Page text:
Lines, Marks, Stitches, 6

Despite what I wrote in a recent post, that idea has been sidelined for the moment. I realised I was trying to put two ideas together that weren’t going well, they were blocking my way forward and I was stuck. I unpicked what I’d done so far, reviewed my thumbnail drawings, cleared away fabrics, got out others, tidied my work table and got ready to make a fresh start again the next morning.

Intending to use lines of arcs as in several previous works, I auditioned some sheer fabrics, stitching them with metallic thread onto the black background. They were hard to photograph:

I selected the right end one, which looks best with the duller gold I stitched it with. I pre-applique with machine basting, and although in this image it was a straight line, now with curvy shapes I’m using the longest stitch set on the widest zig-zag, which is easily pulled out once the edge stitching’s all done. Pulling the top thread from the stitching is a breeze using Gutermann’s Skala – one of those multi filament threads many call bobbin thread. I always use it for machine pieced patchwork and have done for decades. The seam is as strong as anything else, the stitching is so fine the seam lies ultra flat, and as I say, and it’s quick and easy to undo any seam that needs to be redone.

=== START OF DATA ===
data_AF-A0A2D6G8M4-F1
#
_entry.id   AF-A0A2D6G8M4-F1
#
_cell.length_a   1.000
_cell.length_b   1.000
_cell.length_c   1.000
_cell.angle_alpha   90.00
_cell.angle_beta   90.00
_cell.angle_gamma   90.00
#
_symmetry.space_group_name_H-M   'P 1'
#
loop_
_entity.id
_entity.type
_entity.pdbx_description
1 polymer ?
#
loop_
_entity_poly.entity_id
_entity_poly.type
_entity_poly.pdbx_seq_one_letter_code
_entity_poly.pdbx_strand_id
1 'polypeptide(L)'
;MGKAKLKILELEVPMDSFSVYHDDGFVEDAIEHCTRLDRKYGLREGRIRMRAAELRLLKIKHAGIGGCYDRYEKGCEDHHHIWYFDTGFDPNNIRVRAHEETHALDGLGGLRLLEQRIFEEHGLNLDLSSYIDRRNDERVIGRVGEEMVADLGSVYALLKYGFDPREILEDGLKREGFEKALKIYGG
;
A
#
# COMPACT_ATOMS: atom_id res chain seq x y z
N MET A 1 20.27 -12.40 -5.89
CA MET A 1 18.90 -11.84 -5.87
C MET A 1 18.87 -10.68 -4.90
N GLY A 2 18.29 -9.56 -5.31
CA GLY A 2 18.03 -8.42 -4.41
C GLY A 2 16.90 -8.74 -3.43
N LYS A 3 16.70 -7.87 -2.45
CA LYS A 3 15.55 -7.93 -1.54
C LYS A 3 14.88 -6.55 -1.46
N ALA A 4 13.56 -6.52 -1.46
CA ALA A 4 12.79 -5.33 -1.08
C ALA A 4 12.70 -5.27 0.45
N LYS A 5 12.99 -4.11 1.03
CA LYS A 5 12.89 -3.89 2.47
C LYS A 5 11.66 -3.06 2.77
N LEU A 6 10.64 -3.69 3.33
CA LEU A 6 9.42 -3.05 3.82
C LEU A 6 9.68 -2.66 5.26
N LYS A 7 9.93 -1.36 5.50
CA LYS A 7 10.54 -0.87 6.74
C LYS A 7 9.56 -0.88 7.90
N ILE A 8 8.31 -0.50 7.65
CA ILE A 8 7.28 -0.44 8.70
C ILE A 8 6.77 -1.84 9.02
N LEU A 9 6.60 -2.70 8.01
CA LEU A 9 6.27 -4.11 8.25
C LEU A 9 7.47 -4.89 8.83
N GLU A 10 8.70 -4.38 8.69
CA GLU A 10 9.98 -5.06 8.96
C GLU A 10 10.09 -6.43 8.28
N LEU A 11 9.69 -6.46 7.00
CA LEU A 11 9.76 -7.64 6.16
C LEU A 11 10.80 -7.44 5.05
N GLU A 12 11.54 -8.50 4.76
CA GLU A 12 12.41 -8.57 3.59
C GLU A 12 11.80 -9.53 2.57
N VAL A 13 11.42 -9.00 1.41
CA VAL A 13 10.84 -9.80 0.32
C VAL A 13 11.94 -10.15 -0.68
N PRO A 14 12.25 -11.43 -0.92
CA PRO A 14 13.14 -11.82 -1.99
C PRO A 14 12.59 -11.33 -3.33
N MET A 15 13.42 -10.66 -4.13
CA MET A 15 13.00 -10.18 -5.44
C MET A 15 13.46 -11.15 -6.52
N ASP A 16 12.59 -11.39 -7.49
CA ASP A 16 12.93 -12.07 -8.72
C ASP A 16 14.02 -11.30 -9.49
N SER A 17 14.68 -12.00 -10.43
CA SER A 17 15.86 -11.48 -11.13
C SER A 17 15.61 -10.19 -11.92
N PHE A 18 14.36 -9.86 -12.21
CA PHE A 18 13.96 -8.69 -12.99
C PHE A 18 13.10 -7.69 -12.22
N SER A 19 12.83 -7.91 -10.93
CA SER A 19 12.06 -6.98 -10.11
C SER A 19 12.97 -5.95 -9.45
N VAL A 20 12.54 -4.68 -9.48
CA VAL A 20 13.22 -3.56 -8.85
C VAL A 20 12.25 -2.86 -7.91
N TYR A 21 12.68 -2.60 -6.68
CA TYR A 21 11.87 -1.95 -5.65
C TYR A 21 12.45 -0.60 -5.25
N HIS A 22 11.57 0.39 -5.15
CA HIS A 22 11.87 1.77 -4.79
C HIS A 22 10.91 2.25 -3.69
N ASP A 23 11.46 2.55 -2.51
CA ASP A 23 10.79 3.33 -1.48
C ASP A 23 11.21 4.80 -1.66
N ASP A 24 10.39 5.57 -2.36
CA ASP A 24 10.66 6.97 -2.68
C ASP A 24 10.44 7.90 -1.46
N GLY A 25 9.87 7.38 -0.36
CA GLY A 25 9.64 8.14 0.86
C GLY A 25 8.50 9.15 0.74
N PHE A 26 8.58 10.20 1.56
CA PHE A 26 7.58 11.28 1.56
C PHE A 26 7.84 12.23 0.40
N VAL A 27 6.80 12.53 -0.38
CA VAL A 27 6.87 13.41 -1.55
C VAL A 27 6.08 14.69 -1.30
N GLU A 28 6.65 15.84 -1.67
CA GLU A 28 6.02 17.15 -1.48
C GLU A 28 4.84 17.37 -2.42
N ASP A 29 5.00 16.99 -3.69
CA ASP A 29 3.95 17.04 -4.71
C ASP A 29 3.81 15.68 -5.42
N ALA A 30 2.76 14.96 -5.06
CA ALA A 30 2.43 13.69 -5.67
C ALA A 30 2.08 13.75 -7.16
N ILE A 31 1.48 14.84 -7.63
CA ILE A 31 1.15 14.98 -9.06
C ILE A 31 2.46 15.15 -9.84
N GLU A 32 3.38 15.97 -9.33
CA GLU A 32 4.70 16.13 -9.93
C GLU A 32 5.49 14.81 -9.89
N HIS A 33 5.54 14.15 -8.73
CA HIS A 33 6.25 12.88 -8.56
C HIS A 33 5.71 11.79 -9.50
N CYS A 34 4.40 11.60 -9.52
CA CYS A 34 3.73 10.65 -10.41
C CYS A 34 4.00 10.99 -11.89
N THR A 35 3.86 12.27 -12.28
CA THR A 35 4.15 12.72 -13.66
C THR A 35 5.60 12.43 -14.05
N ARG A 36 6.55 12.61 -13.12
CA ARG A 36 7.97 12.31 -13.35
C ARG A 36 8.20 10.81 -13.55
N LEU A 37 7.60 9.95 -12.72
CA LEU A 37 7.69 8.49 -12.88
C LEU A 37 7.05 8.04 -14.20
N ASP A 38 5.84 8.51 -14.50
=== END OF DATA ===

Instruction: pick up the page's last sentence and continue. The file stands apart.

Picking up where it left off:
The fabric shape is machine basted with the longest/widest zig-zag into place, that stitching being removed once the applique is complete.

This work will be1.8mw x 0.9mh, so there’s a lot of sewing to be done while I think about how I’ll quilt it, and whether to use batting or just a third layer of fabric between front and back.

Though I’ve become pretty speedy with the hand applique, it occurred to me perhaps this wasn’t the smartest technique to use in a big piece, and yet I felt compelled to. I found myself recalling an exhibition of the layered textile art of Nena Bardaro I visited here in 2017. She’d used fairly sheer fabrics in her quite large appliqued works, and I began wondering if she’d stitched the raw edges down or whether they’d been finely turned under… When I read that post, I felt really silly to have fogotten the most fascinating technical detail of those works – her ‘stitches’ were lots and lots of tiny melt marks made with non-specified heat tool that fused those nylon fabrics together. I feel a bit better – that must have been almost as time consuming, obsessive perhaps, as what I’m doing right now.

A Nena Bardaro work detail – stitch-like melt marks that fused the layers of nylon.

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